On Black-Box Extensions of Non-Interactive Zero-Knowledge Arguments
Masayuki Abe (NTT Secure Platform Laboratories)
Abstract: Highly efficient non-interactive zero-knowledge arguments (NIZK) are often constructed for limited languages and it is not known how to extend them to cover wider classes of languages in general. In this talk we explore black-box language extensions for conjunctive and disjunctive relations. Namely, we study about building a NIZK system for L1 # L2 for logical operator # being AND or OR based on NIZK systems for languages L1 and L2. While the conjunctive extension of NIZKs is straightforward by simply executing the given NIZKs in parallel, it is not known how disjunctive extensions could be achieved in a black-box manner. Besides, observe that the simple conjunctive extension does not work in the case of simulation-sound NIZKs (SS-NIZKs), as pointed out by Sahai (Sahai, FOCS 1999). Our main contribution is an impossibility result that negates the existence of the above extensions and implies other non-trivial separations among NIZKs, SS-NIZKs, and labelled SS-NIZKs. Motivated by the difficulty of such transformations, we additionally present an efficient construction of signature schemes based on unbounded simulation-sound NIZKs (USS-NIZKs) for any language without language extensions.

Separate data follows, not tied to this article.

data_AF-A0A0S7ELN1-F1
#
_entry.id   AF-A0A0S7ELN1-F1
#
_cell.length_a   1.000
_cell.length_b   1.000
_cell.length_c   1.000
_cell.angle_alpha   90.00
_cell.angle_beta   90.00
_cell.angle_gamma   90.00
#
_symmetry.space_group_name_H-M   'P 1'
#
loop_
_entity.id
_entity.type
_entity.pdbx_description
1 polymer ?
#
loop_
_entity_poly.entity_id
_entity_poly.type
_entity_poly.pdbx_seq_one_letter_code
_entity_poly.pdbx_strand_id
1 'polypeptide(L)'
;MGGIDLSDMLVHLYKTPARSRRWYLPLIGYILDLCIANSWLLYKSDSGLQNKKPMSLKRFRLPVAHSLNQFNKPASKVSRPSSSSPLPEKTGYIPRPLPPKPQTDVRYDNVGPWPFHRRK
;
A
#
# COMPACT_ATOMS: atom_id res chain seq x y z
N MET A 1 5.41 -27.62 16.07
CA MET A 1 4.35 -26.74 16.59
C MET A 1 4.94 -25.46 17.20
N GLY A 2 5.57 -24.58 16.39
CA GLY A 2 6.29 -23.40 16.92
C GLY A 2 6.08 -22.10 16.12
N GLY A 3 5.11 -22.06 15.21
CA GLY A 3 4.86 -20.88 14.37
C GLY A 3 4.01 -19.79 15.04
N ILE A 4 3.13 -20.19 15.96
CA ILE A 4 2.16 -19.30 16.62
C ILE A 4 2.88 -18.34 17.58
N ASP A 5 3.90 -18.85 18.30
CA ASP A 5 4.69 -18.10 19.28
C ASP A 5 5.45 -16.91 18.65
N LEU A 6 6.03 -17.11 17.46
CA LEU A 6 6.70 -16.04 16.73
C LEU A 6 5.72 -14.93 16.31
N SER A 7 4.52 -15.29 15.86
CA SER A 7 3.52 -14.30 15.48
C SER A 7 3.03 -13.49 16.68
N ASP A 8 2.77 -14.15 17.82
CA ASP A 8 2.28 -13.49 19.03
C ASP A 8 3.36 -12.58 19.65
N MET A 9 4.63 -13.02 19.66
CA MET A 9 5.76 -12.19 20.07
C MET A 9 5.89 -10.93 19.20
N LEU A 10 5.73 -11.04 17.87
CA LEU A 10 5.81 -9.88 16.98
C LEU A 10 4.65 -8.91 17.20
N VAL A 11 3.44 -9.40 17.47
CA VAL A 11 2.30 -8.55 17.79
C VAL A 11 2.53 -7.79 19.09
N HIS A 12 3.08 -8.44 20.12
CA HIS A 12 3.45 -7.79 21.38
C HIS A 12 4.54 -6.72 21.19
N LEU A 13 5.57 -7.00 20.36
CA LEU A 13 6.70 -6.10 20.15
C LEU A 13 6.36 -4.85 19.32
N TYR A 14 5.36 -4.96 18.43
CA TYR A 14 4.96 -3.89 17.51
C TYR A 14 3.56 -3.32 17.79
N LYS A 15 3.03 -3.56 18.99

Joint work with Miguel Ambrona and Miyako Ohkubo
Compact NIZKs from Standard Assumptions on Bilinear Maps
Ryo Nishimaki (NTT Secure Platform Laboratories)
Abstract: A non-interactive zero-knowledge (NIZK) protocol enables a prover to convince a verifier of the truth of a statement without leaking any other information by sending a single message. The main focus of this work is on exploring short pairing-based NIZKs for all NP languages based on standard assumptions. In this regime, the seminal work of Groth, Ostrovsky, and Sahai (J.ACM’12) (GOS-NIZK) is still considered to be the state-of-the-art. Although fairly efficient, one drawback of GOS-NIZK is that the proof size is multiplicative in the circuit size computing the NP relation. That is, the proof size grows by $O(|C|k)$, where $C$ is the circuit for the NP relation and $k$ is the security parameter. By now, there have been numerous follow-up works focusing on shortening the proof size of pairing-based NIZKs, however, thus far, all works come at the cost of relying either on a non-standard knowledge-type assumption or a non-static $q$-type assumption. Specifically, improving the proof size of the original GOS-NIZK under the same standard assumption has remained as an open problem.